We want to see Philadelphia through your eyes.
Led by Lynda Grace, “Yarn” is a free, new series of crafting events for knitters, crocheters, and anyone engaged in needlework. You will meet other knitters, crocheters and needle crafters and collaborate with other makers to create an original work of art which will be exhibited at the Painted Bride when completed.
Created by Philadelphia reedist and conductor Elijah Thomas, and featuring some of the best and brightest musical talents in the city, this hour-long musical narrative is composed of short symphonic poems, depicts defining moments, circumstances, and aspects of the life of a young black musician.
Revealing the man who insisted homosexuality was not a disease.
Canadian saxophonist and flutist Jane Bunnett has been long revered for her adventures into Cuban jazz. Now, with the all-female sextet, Maqueque, the four-time JUNO Award winner combines Afro-Cuban rhythms, exhilarating jazz, and soulful vocals into one scintillating sound.
Meet Titus. He’s a 10 year-old boy on the edge – literally on the roof of his school – confronted by a problem that seems unsolvable.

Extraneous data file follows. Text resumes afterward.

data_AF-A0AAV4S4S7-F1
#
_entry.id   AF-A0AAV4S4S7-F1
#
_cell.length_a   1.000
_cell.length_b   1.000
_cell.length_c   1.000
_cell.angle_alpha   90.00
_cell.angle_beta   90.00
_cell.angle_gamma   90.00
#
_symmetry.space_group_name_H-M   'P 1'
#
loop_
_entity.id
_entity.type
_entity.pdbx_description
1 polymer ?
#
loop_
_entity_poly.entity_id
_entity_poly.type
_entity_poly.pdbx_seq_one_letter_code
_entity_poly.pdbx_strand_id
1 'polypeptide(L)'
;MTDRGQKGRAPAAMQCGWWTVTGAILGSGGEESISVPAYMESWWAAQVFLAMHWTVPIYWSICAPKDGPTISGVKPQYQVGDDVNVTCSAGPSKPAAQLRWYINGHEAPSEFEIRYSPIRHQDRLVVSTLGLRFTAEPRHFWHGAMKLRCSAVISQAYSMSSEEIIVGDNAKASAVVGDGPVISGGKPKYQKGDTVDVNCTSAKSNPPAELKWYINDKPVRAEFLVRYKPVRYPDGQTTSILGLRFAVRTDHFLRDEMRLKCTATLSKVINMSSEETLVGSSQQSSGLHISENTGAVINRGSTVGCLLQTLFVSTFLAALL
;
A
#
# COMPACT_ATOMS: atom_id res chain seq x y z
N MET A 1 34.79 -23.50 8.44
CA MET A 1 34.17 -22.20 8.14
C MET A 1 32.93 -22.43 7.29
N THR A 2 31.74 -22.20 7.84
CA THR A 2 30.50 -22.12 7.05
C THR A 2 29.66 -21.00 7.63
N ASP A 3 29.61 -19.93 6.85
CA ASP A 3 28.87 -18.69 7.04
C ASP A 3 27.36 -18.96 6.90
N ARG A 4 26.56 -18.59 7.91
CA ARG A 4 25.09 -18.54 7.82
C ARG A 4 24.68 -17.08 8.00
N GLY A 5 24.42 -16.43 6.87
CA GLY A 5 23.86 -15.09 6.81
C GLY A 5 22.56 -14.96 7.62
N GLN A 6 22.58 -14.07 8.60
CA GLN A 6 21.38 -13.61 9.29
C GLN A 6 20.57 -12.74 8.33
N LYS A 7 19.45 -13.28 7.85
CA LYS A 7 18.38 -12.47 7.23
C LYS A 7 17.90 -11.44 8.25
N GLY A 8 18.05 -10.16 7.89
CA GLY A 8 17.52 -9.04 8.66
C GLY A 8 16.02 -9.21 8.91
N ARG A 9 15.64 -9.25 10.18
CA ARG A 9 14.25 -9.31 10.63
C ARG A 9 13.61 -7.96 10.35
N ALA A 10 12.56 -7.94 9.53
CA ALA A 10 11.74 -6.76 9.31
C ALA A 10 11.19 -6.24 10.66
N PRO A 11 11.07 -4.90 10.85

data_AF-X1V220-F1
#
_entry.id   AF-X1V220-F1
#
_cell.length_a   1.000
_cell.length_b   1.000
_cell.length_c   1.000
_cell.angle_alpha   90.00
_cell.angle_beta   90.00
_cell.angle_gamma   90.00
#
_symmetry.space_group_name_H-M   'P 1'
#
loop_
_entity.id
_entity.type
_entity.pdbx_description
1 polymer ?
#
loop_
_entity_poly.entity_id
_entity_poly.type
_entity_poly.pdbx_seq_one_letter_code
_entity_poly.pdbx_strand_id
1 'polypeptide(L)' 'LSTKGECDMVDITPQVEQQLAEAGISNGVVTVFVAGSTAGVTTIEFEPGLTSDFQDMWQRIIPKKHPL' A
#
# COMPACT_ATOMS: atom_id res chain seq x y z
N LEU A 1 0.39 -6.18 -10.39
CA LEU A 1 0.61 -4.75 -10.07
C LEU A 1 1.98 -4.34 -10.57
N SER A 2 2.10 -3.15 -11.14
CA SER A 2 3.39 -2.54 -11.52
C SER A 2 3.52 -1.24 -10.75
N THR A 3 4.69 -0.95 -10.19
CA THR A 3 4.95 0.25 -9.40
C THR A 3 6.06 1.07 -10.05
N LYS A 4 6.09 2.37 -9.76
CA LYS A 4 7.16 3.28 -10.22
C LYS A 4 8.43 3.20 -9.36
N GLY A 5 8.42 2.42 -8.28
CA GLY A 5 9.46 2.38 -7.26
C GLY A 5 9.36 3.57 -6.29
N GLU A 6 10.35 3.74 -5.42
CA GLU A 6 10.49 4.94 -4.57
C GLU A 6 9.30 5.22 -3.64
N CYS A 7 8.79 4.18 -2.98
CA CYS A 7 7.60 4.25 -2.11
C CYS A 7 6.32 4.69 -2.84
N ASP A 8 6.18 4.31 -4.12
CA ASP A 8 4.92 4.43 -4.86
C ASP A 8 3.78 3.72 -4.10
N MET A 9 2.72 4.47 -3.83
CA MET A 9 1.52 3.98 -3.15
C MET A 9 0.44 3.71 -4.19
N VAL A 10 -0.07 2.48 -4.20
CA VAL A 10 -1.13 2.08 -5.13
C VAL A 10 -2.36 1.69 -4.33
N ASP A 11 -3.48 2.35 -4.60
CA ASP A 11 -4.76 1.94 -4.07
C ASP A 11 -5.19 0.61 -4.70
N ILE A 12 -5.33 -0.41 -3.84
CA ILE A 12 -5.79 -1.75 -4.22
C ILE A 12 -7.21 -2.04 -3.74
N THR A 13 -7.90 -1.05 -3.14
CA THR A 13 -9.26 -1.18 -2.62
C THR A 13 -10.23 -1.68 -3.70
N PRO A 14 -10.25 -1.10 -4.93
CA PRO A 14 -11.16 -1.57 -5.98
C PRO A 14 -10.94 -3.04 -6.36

Celebrate the Bride’s 47th anniversary at the biggest dance party of the year. Our annual fundraiser and feast will feature a full course meal, an open bar, and infectious, live rhythms from the furiously funky Breakwater. Not to mention there will be auctions, prizes, and did we say dancing?
Can we achieve a food utopia? Conceived and directed by Mike Durkin, this new take on dinner theatre uses subject matter, philosophy, and themes from George Orwell’s Animal Farm to explore ideas of food hierarchy, ethical food consumption, and where Philadelphia’s food comes from.
The Art of I Am”, ultimately shares close to true tales that challenge the standards of beauty, sexuality, belonging and rediscovering identity in a world which Crystal never fit into.
Oru de Oro, a new work by pioneering jazz pianist Michele Rosewoman, is a ‘body of music’ focused around the bata drums and a traditional sequence of sacred rhythms called the Oru Seco.